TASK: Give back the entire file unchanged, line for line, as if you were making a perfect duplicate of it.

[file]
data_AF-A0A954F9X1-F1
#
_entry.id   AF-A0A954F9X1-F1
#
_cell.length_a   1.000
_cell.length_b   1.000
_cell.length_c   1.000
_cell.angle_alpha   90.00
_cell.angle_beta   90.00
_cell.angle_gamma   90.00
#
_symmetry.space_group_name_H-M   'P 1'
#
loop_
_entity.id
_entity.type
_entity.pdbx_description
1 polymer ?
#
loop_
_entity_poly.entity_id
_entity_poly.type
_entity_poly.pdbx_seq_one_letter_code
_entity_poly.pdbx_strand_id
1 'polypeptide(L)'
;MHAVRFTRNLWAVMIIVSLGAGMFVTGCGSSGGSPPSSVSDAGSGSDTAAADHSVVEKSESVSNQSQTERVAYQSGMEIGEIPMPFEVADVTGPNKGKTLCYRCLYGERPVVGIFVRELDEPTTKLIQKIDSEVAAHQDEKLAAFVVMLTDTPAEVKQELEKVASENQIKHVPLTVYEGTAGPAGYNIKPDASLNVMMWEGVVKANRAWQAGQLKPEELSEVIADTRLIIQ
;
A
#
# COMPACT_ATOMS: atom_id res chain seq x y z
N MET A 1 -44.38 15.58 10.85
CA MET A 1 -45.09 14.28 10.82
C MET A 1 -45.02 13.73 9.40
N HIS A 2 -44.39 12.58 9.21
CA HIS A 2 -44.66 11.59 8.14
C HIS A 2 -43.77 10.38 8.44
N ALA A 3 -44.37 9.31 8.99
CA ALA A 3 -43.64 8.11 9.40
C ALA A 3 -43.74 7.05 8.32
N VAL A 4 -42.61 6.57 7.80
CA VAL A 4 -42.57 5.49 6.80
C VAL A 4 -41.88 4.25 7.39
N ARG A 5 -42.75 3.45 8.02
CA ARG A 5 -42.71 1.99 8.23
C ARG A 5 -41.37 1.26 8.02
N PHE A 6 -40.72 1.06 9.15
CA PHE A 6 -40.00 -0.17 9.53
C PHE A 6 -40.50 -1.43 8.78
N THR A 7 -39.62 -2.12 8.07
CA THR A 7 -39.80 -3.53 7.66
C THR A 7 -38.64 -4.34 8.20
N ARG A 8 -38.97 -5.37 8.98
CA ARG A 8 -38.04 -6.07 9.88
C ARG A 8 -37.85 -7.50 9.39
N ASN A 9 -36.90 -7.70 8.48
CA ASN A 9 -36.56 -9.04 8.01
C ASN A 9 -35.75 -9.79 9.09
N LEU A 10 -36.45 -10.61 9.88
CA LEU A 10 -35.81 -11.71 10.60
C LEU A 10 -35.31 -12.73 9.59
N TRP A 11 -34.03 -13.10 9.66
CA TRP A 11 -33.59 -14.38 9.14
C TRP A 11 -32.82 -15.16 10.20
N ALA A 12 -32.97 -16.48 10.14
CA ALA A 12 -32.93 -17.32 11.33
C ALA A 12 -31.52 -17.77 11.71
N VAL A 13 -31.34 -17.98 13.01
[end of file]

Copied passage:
data_AF-A0A954F9X1-F1
#
_entry.id   AF-A0A954F9X1-F1
#
_cell.length_a   1.000
_cell.length_b   1.000
_cell.length_c   1.000
_cell.angle_alpha   90.00
_cell.angle_beta   90.00
_cell.angle_gamma   90.00
#
_symmetry.space_group_name_H-M   'P 1'
#
loop_
_entity.id
_entity.type
_entity.pdbx_description
1 polymer ?
#
loop_
_entity_poly.entity_id
_entity_poly.type
_entity_poly.pdbx_seq_one_letter_code
_entity_poly.pdbx_strand_id
1 'polypeptide(L)'
;MHAVRFTRNLWAVMIIVSLGAGMFVTGCGSSGGSPPSSVSDAGSGSDTAAADHSVVEKSESVSNQSQTERVAYQSGMEIGEIPMPFEVADVTGPNKGKTLCYRCLYGERPVVGIFVRELDEPTTKLIQKIDSEVAAHQDEKLAAFVVMLTDTPAEVKQELEKVASENQIKHVPLTVYEGTAGPAGYNIKPDASLNVMMWEGVVKANRAWQAGQLKPEELSEVIADTRLIIQ
;
A
#
# COMPACT_ATOMS: atom_id res chain seq x y z
N MET A 1 -44.38 15.58 10.85
CA MET A 1 -45.09 14.28 10.82
C MET A 1 -45.02 13.73 9.40
N HIS A 2 -44.39 12.58 9.21
CA HIS A 2 -44.66 11.59 8.14
C HIS A 2 -43.77 10.38 8.44
N ALA A 3 -44.37 9.31 8.99
CA ALA A 3 -43.64 8.11 9.40
C ALA A 3 -43.74 7.05 8.32
N VAL A 4 -42.61 6.57 7.80
CA VAL A 4 -42.57 5.49 6.80
C VAL A 4 -41.88 4.25 7.39
N ARG A 5 -42.75 3.45 8.02
CA ARG A 5 -42.71 1.99 8.23
C ARG A 5 -41.37 1.26 8.02
N PHE A 6 -40.72 1.06 9.15
CA PHE A 6 -40.00 -0.17 9.53
C PHE A 6 -40.50 -1.43 8.78
N THR A 7 -39.62 -2.12 8.07
CA THR A 7 -39.80 -3.53 7.66
C THR A 7 -38.64 -4.34 8.20
N ARG A 8 -38.97 -5.37 8.98
CA ARG A 8 -38.04 -6.07 9.88
C ARG A 8 -37.85 -7.50 9.39
N ASN A 9 -36.90 -7.70 8.48
CA ASN A 9 -36.56 -9.04 8.01
C ASN A 9 -35.75 -9.79 9.09
N LEU A 10 -36.45 -10.61 9.88
CA LEU A 10 -35.81 -11.71 10.60
C LEU A 10 -35.31 -12.73 9.59
N TRP A 11 -34.03 -13.10 9.66
CA TRP A 11 -33.59 -14.38 9.14
C TRP A 11 -32.82 -15.16 10.20
N ALA A 12 -32.97 -16.48 10.14
CA ALA A 12 -32.93 -17.32 11.33
C ALA A 12 -31.52 -17.77 11.71
N VAL A 13 -31.34 -17.98 13.01